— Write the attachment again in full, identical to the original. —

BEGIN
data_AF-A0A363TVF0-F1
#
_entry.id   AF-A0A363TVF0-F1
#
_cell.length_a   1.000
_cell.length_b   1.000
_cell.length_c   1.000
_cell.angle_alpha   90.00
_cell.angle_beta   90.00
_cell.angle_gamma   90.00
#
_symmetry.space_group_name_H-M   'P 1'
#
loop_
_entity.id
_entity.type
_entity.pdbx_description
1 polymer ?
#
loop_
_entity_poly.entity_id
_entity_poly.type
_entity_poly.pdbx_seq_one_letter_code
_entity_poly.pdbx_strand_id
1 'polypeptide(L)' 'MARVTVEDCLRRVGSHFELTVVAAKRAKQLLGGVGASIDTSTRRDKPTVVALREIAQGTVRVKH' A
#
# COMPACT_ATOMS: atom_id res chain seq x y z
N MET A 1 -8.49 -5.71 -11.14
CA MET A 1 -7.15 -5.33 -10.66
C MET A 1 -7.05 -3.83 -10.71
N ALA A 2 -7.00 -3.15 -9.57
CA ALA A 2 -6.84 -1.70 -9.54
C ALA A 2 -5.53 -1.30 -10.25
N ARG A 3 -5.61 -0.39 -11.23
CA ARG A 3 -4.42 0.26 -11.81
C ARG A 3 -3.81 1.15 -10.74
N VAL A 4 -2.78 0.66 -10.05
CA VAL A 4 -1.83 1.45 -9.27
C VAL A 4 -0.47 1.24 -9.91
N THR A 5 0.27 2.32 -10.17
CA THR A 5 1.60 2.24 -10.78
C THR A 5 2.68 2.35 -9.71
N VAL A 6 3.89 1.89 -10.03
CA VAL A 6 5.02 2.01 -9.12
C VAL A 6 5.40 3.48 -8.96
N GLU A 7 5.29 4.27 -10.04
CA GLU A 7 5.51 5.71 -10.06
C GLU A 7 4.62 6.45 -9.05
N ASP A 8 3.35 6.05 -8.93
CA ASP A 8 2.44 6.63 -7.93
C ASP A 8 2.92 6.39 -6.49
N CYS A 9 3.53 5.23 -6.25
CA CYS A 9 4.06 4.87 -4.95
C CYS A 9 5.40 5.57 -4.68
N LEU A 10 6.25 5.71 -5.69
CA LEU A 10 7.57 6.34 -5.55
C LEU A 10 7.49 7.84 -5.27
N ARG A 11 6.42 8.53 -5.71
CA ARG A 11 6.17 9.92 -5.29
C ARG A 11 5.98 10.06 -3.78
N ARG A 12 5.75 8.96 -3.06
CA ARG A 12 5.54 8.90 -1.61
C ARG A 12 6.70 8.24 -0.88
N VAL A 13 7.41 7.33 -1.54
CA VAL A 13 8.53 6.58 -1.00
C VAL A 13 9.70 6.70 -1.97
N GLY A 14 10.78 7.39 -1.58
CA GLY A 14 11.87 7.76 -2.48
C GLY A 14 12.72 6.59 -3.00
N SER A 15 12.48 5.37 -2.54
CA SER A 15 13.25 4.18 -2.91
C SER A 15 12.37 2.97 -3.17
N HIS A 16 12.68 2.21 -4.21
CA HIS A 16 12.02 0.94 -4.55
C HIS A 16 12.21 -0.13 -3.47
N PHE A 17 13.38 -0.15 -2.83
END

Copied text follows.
data_AF-A0A363TVF0-F1
#
_entry.id   AF-A0A363TVF0-F1
#
_cell.length_a   1.000
_cell.length_b   1.000
_cell.length_c   1.000
_cell.angle_alpha   90.00
_cell.angle_beta   90.00
_cell.angle_gamma   90.00
#
_symmetry.space_group_name_H-M   'P 1'
#
loop_
_entity.id
_entity.type
_entity.pdbx_description
1 polymer ?
#
loop_
_entity_poly.entity_id
_entity_poly.type
_entity_poly.pdbx_seq_one_letter_code
_entity_poly.pdbx_strand_id
1 'polypeptide(L)' 'MARVTVEDCLRRVGSHFELTVVAAKRAKQLLGGVGASIDTSTRRDKPTVVALREIAQGTVRVKH' A
#
# COMPACT_ATOMS: atom_id res chain seq x y z
N MET A 1 -8.49 -5.71 -11.14
CA MET A 1 -7.15 -5.33 -10.66
C MET A 1 -7.05 -3.83 -10.71
N ALA A 2 -7.00 -3.15 -9.57
CA ALA A 2 -6.84 -1.70 -9.54
C ALA A 2 -5.53 -1.30 -10.25
N ARG A 3 -5.61 -0.39 -11.23
CA ARG A 3 -4.42 0.26 -11.81
C ARG A 3 -3.81 1.15 -10.74
N VAL A 4 -2.78 0.66 -10.05
CA VAL A 4 -1.83 1.45 -9.27
C VAL A 4 -0.47 1.24 -9.91
N THR A 5 0.27 2.32 -10.17
CA THR A 5 1.60 2.24 -10.78
C THR A 5 2.68 2.35 -9.71
N VAL A 6 3.89 1.89 -10.03
CA VAL A 6 5.02 2.01 -9.12
C VAL A 6 5.40 3.48 -8.96
N GLU A 7 5.29 4.27 -10.04
CA GLU A 7 5.51 5.71 -10.06
C GLU A 7 4.62 6.45 -9.05
N ASP A 8 3.35 6.05 -8.93
CA ASP A 8 2.44 6.63 -7.93
C ASP A 8 2.92 6.39 -6.49
N CYS A 9 3.53 5.23 -6.25
CA CYS A 9 4.06 4.87 -4.95
C CYS A 9 5.40 5.57 -4.68
N LEU A 10 6.25 5.71 -5.69
CA LEU A 10 7.57 6.34 -5.55
C LEU A 10 7.49 7.84 -5.27
N ARG A 11 6.42 8.53 -5.71
CA ARG A 11 6.17 9.92 -5.29
C ARG A 11 5.98 10.06 -3.78
N ARG A 12 5.75 8.96 -3.06
CA ARG A 12 5.54 8.90 -1.61
C ARG A 12 6.70 8.24 -0.88
N VAL A 13 7.41 7.33 -1.54
CA VAL A 13 8.53 6.58 -1.00
C VAL A 13 9.70 6.70 -1.97
N GLY A 14 10.78 7.39 -1.58
CA GLY A 14 11.87 7.76 -2.48
C GLY A 14 12.72 6.59 -3.00
N SER A 15 12.48 5.37 -2.54
CA SER A 15 13.25 4.18 -2.91
C SER A 15 12.37 2.97 -3.17
N HIS A 16 12.68 2.21 -4.21
CA HIS A 16 12.02 0.94 -4.55
C HIS A 16 12.21 -0.13 -3.47
N PHE A 17 13.38 -0.15 -2.83